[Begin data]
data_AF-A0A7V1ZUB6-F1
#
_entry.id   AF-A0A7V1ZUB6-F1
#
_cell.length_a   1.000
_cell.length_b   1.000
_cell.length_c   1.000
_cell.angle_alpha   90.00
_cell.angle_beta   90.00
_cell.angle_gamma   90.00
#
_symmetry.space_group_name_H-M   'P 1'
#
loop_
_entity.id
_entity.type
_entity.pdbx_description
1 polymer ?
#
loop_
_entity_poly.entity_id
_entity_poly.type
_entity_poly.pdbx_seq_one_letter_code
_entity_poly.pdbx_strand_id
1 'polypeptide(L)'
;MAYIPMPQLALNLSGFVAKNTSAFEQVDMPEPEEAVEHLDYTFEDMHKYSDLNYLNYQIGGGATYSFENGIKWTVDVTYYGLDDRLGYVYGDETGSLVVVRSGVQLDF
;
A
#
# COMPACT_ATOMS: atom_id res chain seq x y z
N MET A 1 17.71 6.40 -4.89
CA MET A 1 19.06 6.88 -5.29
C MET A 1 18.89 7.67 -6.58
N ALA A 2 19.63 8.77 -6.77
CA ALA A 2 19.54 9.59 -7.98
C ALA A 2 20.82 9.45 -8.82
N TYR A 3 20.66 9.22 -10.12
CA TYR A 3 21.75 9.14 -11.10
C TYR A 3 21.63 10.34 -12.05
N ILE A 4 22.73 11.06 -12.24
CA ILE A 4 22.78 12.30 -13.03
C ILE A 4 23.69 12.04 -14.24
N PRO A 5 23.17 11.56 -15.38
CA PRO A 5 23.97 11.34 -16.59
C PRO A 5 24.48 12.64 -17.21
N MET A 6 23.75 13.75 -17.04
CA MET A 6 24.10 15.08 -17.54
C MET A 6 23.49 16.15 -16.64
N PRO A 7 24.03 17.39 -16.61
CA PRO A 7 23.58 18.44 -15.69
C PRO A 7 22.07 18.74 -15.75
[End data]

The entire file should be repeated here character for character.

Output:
data_AF-A0A7V1ZUB6-F1
#
_entry.id   AF-A0A7V1ZUB6-F1
#
_cell.length_a   1.000
_cell.length_b   1.000
_cell.length_c   1.000
_cell.angle_alpha   90.00
_cell.angle_beta   90.00
_cell.angle_gamma   90.00
#
_symmetry.space_group_name_H-M   'P 1'
#
loop_
_entity.id
_entity.type
_entity.pdbx_description
1 polymer ?
#
loop_
_entity_poly.entity_id
_entity_poly.type
_entity_poly.pdbx_seq_one_letter_code
_entity_poly.pdbx_strand_id
1 'polypeptide(L)'
;MAYIPMPQLALNLSGFVAKNTSAFEQVDMPEPEEAVEHLDYTFEDMHKYSDLNYLNYQIGGGATYSFENGIKWTVDVTYYGLDDRLGYVYGDETGSLVVVRSGVQLDF
;
A
#
# COMPACT_ATOMS: atom_id res chain seq x y z
N MET A 1 17.71 6.40 -4.89
CA MET A 1 19.06 6.88 -5.29
C MET A 1 18.89 7.67 -6.58
N ALA A 2 19.63 8.77 -6.77
CA ALA A 2 19.54 9.59 -7.98
C ALA A 2 20.82 9.45 -8.82
N TYR A 3 20.66 9.22 -10.12
CA TYR A 3 21.75 9.14 -11.10
C TYR A 3 21.63 10.34 -12.05
N ILE A 4 22.73 11.06 -12.24
CA ILE A 4 22.78 12.30 -13.03
C ILE A 4 23.69 12.04 -14.24
N PRO A 5 23.17 11.56 -15.38
CA PRO A 5 23.97 11.34 -16.59
C PRO A 5 24.48 12.64 -17.21
N MET A 6 23.75 13.75 -17.04
CA MET A 6 24.10 15.08 -17.54
C MET A 6 23.49 16.15 -16.64
N PRO A 7 24.03 17.39 -16.61
CA PRO A 7 23.58 18.44 -15.69
C PRO A 7 22.07 18.74 -15.75